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51st NAACP Image Awards - Non-Televised Awards Dinner - Arrivals

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In promotion of her new podcast, gospel singer and radio host Erica Campbell shared a theory that has the internet talking.

It reads:

“You can’t sow Hoe seeds and reap marriage benefits. Your brain and body don’t switch like that. You gotta prepare your mind for marriage because it’s a ministry.”

In the caption for the post, Campbell wrote:

“You will crave what you have put in practice. Can’t wait for y’all to hear my podcast. Ooohhh we gon talk!!! #marriage #monogamy #marriageminded #prepareyourself”

I understand that Erica’s platform as a podcast host is different than the one for which she’s known—as a gospel singer. Still, I do wonder why this is the mantle she chose to carry. Maybe she knows and understands that sex, relationships, and the ever-dangling carrot of marriage (especially for women) get the people going.

After all, her comments about masturbation being impure caused quite a stir. And if she wanted to garner attention for her new venture, this obviously did it. But that commentary alone is a bit sad.

For centuries, there has existed this narrative that women fall into two categories. Good, virginal, submissive, demure, pure and the opposite. Bad, defiant to the authority of men, aggressive, “sexually immoral.” When in reality, women–just like everyone else–are multidimensional beings. We cannot be boxed in to simplified, one-dimensional categories.

It’s a shame that in 2020, with everything else going wrong in the world, we are still falling into this trap of comparison, exalting one woman at the expense of another—with the validation of a man being the ultimate prize.

This type of comparison is not only patriarchal and dangerous in nature, it’s inaccurate. First all of all, the use of the word “hoe” is arbitrary. What is a hoe? Is it someone who has premarital sex? Is it someone who has multiple sex partners and doesn’t feel guilty about it? Is it someone who celebrates and embraces her sexuality? Is it someone who has engaged in sex work? If so, we can point to several examples of women like this who have gotten married. And maintained successful marriages or partnerships.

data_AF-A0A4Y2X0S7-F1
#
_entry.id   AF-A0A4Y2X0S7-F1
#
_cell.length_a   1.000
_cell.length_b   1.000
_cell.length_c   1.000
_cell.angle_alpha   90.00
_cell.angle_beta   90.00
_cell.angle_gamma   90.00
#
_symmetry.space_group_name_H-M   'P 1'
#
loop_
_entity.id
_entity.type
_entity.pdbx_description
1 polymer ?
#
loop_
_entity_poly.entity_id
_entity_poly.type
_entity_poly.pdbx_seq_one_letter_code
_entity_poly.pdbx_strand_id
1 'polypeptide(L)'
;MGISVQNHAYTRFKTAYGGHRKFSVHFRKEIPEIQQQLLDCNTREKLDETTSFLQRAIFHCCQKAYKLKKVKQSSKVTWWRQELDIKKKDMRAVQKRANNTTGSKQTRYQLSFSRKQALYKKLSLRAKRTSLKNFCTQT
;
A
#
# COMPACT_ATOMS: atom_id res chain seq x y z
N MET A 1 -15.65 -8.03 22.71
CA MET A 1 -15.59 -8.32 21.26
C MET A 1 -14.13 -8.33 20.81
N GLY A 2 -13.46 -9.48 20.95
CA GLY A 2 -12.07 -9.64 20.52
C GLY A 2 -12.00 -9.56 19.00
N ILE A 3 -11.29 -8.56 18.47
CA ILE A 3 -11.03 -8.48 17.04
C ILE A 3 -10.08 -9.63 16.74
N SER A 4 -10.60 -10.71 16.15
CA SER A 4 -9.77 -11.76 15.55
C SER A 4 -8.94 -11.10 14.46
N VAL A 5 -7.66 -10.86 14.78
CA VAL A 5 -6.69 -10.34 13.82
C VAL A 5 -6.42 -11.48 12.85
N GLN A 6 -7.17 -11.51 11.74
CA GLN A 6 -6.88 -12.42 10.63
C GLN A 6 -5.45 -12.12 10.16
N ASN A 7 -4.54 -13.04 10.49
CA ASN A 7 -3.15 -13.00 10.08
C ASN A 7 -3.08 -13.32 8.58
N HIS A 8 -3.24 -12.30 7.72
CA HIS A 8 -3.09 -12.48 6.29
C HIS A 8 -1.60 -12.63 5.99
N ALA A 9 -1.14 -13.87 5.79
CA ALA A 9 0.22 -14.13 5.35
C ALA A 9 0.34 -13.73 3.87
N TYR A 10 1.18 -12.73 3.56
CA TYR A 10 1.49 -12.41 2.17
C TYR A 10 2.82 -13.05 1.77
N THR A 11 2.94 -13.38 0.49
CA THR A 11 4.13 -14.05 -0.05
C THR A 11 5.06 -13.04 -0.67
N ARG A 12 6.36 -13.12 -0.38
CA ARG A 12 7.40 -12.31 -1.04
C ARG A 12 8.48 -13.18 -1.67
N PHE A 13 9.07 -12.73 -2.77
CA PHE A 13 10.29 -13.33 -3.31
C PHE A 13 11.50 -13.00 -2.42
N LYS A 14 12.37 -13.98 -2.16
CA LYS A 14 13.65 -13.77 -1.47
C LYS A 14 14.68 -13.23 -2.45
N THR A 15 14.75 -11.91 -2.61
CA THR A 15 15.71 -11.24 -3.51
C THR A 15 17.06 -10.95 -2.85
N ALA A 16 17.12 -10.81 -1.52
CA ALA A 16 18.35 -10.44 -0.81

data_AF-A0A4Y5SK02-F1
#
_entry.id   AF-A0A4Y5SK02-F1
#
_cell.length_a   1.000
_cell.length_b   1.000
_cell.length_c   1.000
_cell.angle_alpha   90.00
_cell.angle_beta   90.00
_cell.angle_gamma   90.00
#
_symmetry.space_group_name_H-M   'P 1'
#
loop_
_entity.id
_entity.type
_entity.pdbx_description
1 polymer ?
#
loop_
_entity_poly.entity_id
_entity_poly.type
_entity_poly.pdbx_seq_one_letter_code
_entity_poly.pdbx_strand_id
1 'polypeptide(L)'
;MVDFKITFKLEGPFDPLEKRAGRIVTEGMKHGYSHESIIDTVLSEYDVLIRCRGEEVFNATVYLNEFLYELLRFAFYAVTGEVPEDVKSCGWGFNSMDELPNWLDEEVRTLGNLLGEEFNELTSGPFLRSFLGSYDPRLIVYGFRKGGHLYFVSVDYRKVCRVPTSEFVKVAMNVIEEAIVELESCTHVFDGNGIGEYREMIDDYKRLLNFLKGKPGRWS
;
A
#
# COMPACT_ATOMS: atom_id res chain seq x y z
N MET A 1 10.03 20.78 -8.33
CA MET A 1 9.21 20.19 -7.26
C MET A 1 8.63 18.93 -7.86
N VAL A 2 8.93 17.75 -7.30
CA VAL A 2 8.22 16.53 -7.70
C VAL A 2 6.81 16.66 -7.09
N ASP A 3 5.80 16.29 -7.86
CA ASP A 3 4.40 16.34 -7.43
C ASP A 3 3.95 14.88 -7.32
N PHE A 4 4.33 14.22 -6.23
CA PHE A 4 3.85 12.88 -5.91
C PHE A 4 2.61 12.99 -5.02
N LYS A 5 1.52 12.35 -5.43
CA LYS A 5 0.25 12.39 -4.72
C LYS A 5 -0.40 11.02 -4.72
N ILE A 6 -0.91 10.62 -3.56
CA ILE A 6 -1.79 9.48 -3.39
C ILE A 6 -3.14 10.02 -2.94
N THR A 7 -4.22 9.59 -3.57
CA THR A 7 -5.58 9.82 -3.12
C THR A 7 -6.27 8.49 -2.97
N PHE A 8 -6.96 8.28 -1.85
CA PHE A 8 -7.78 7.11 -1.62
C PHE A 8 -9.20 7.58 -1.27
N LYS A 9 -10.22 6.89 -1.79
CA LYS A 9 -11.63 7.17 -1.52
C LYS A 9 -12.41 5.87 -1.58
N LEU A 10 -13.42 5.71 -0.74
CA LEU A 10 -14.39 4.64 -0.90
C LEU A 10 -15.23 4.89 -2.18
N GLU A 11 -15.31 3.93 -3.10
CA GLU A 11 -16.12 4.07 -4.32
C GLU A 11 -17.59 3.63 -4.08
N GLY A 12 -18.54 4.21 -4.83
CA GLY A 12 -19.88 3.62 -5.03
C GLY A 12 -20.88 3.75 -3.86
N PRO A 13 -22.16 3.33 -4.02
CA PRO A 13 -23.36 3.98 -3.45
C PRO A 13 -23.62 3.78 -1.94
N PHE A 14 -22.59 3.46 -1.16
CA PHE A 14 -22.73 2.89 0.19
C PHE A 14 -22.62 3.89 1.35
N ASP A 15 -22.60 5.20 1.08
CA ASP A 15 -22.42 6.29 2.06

There are women who have done “everything right.” They’ve followed the rules and still have not been granted that prize. Or—far more common. They’ve done everything right, followed the rules and have gotten married only to find that marriage deeply, spiritually and even sometimes physically unsatisfying.

Furthermore, why is this notion that “flipping a switch” can’t be applied to the ways the church currently discusses sex and sexuality? Which is to either avoid it entirely or demonize it.

Rarely, do we hear people still deeply entrenched in the church say it is hard to go from virginal and pure to being sexually expressive—even in the context of a marriage ordained by God. If there’s anything about this post, I agree with it, it’s that flipping the switch can be difficult. But I’d argue that your sexual behavior and having the capacity to maintain a marriage don’t always go hand in hand. Maintaining a marriage, being honest, committed, loyal to someone is more about mindset than sexual promiscuity.

The problem with Campbell’s post more than anything is the fact that so many churched women view marriage as the ultimate prize, a sign of favor from the Lord. And in order to achieve it, they devour messages that are harmful to themselves and the women around them.

I’ve never sat in a church when someone spoke honestly enough to say that there’s not a formula to life and there certainly isn’t one to love and marriage.

You need look no further than all of the scandals that take place in church to see that formulas don’t dictate a successful marriage. There are women who were marriage-minded and still ended up with partners who don’t take the institution seriously. And there are people who the world might have called “hoes” who were healed enough, mature enough and committed enough to make a marriage work.  For as much as the church would like to speak to the “hoes,” they can start within their own ranks. Because more often than not, when the “hoes,” –who are most often men– appear behind a pulpit, instead of calls for accountability and “hoe” rhetoric, there are messages of grace and forgiveness.

Furthermore, the church can also acknowledge that with fallible human beings and institutions as complicated as love and marriage—1 +1 doesn’t always equal 2.

Erica Campbell’s post is emblematic of the church’s problem at large. Instead of dealing with people’s psyche, their brokenness, or lack of healing, we zero in on the sexual promiscuity of women and attach it to every blessing or every curse.

Veronica Wells is the culture editor at She is also the author of “Bettah Days” and the creator of the website NoSugarNoCreamMag.

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